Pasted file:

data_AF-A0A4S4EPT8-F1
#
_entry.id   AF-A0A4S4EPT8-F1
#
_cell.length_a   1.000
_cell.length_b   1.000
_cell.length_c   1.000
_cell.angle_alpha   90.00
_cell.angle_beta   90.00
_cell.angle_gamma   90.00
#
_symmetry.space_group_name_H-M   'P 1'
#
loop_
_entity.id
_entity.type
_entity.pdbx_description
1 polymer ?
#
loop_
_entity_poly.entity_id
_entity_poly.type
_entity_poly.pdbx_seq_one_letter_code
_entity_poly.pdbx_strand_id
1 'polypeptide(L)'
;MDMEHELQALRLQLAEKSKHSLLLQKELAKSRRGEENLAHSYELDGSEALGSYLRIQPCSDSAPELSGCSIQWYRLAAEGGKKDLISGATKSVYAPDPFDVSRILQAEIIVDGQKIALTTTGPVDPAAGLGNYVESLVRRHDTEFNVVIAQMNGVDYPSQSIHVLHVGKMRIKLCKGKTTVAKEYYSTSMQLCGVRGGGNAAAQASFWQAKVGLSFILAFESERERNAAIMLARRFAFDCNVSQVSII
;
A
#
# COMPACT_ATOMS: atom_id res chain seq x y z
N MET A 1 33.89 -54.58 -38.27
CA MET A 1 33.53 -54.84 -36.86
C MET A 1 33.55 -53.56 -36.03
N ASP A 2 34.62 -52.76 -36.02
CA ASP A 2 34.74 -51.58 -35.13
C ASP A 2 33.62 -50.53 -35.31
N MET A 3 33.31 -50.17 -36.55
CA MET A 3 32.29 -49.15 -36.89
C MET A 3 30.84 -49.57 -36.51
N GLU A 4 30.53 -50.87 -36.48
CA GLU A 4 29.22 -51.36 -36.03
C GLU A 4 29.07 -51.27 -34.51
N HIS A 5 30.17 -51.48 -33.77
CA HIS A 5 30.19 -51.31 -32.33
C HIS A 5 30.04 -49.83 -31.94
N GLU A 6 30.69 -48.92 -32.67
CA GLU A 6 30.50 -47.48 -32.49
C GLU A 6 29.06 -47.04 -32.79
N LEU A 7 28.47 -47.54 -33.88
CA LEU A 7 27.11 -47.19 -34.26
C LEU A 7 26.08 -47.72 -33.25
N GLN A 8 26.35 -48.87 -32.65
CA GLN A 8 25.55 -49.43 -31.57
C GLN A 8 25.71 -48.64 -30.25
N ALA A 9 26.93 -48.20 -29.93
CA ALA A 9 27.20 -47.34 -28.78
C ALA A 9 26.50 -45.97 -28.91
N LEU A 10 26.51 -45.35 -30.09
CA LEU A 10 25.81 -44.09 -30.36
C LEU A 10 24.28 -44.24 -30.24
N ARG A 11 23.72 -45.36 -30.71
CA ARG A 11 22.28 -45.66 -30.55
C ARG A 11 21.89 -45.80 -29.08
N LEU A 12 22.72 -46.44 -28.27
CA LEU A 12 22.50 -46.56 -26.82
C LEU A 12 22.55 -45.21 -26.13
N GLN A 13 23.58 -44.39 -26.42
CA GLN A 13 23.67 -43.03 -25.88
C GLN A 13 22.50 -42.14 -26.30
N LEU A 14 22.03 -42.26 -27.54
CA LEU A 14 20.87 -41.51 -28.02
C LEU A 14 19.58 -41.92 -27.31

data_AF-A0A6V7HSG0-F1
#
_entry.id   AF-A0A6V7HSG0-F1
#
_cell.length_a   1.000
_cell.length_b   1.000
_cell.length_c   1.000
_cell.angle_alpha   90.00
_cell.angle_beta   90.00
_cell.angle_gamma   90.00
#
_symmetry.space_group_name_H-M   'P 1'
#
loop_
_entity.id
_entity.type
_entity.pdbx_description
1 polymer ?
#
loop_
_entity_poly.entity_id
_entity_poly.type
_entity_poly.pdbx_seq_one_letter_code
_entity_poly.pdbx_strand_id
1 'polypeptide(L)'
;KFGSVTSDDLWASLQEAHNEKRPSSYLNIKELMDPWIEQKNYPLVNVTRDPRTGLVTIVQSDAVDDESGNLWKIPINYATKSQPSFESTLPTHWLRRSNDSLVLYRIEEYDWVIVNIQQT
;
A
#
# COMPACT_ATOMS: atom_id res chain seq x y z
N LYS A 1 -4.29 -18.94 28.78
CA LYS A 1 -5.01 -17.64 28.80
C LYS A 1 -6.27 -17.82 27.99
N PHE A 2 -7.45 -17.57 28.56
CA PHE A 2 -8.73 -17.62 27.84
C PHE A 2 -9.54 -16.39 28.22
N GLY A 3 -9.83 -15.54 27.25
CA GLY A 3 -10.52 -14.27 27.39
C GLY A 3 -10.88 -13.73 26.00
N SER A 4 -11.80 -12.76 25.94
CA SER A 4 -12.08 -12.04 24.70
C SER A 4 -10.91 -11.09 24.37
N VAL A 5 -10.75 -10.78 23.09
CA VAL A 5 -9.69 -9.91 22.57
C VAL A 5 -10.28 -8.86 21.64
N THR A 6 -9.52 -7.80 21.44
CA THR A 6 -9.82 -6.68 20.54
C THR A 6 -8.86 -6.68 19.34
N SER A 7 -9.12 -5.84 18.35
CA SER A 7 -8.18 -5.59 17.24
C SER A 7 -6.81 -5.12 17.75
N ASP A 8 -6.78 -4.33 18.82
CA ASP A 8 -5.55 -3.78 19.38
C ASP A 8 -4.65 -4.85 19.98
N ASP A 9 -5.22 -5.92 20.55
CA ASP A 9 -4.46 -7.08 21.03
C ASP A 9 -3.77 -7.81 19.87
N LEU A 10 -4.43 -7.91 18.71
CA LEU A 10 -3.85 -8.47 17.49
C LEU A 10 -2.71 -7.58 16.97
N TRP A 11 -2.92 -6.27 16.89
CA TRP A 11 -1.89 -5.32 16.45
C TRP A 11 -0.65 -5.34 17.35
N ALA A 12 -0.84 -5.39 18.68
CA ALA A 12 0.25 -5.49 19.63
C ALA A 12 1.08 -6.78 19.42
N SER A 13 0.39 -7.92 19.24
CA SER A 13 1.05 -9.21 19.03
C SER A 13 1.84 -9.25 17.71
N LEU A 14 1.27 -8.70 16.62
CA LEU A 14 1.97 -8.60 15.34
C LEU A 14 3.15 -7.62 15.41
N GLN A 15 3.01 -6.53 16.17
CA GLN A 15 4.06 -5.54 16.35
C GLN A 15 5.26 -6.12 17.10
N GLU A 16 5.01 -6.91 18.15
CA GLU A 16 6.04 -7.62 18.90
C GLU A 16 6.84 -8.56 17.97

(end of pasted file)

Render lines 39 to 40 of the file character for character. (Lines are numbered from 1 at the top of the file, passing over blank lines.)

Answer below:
C MET A 3 30.84 -49.57 -36.51
N GLU A 4 30.53 -50.87 -36.48